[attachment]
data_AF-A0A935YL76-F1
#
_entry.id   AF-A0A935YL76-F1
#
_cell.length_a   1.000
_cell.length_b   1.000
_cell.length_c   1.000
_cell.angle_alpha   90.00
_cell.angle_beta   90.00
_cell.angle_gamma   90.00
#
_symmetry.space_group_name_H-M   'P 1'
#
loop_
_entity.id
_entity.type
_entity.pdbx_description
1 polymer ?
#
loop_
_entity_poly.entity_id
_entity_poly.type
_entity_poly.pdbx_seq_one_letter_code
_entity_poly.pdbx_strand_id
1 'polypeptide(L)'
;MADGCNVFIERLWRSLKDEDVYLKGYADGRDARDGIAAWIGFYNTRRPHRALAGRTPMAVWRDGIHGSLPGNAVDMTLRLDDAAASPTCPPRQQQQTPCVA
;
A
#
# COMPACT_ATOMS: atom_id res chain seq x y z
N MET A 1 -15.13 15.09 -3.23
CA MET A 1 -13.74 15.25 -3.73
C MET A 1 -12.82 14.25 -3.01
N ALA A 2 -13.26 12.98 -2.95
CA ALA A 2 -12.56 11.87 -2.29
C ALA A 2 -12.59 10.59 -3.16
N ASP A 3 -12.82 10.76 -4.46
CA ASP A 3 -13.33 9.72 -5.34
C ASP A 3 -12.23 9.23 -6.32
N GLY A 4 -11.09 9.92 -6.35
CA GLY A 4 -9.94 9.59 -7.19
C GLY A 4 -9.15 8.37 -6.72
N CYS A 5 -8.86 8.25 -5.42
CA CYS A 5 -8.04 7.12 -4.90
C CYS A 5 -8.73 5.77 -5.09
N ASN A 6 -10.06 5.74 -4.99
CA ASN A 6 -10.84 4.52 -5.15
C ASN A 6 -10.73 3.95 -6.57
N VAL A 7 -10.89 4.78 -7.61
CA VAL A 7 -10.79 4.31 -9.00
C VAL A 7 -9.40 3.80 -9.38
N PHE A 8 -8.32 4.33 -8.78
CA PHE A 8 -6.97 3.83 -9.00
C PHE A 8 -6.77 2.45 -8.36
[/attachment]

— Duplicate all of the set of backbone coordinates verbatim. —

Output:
data_AF-A0A935YL76-F1
#
_entry.id   AF-A0A935YL76-F1
#
_cell.length_a   1.000
_cell.length_b   1.000
_cell.length_c   1.000
_cell.angle_alpha   90.00
_cell.angle_beta   90.00
_cell.angle_gamma   90.00
#
_symmetry.space_group_name_H-M   'P 1'
#
loop_
_entity.id
_entity.type
_entity.pdbx_description
1 polymer ?
#
loop_
_entity_poly.entity_id
_entity_poly.type
_entity_poly.pdbx_seq_one_letter_code
_entity_poly.pdbx_strand_id
1 'polypeptide(L)'
;MADGCNVFIERLWRSLKDEDVYLKGYADGRDARDGIAAWIGFYNTRRPHRALAGRTPMAVWRDGIHGSLPGNAVDMTLRLDDAAASPTCPPRQQQQTPCVA
;
A
#
# COMPACT_ATOMS: atom_id res chain seq x y z
N MET A 1 -15.13 15.09 -3.23
CA MET A 1 -13.74 15.25 -3.73
C MET A 1 -12.82 14.25 -3.01
N ALA A 2 -13.26 12.98 -2.95
CA ALA A 2 -12.56 11.87 -2.29
C ALA A 2 -12.59 10.59 -3.16
N ASP A 3 -12.82 10.76 -4.46
CA ASP A 3 -13.33 9.72 -5.34
C ASP A 3 -12.23 9.23 -6.32
N GLY A 4 -11.09 9.92 -6.35
CA GLY A 4 -9.94 9.59 -7.19
C GLY A 4 -9.15 8.37 -6.72
N CYS A 5 -8.86 8.25 -5.42
CA CYS A 5 -8.04 7.12 -4.90
C CYS A 5 -8.73 5.77 -5.09
N ASN A 6 -10.06 5.74 -4.99
CA ASN A 6 -10.84 4.52 -5.15
C ASN A 6 -10.73 3.95 -6.57
N VAL A 7 -10.89 4.78 -7.61
CA VAL A 7 -10.79 4.31 -9.00
C VAL A 7 -9.40 3.80 -9.38
N PHE A 8 -8.32 4.33 -8.78
CA PHE A 8 -6.97 3.83 -9.00
C PHE A 8 -6.77 2.45 -8.36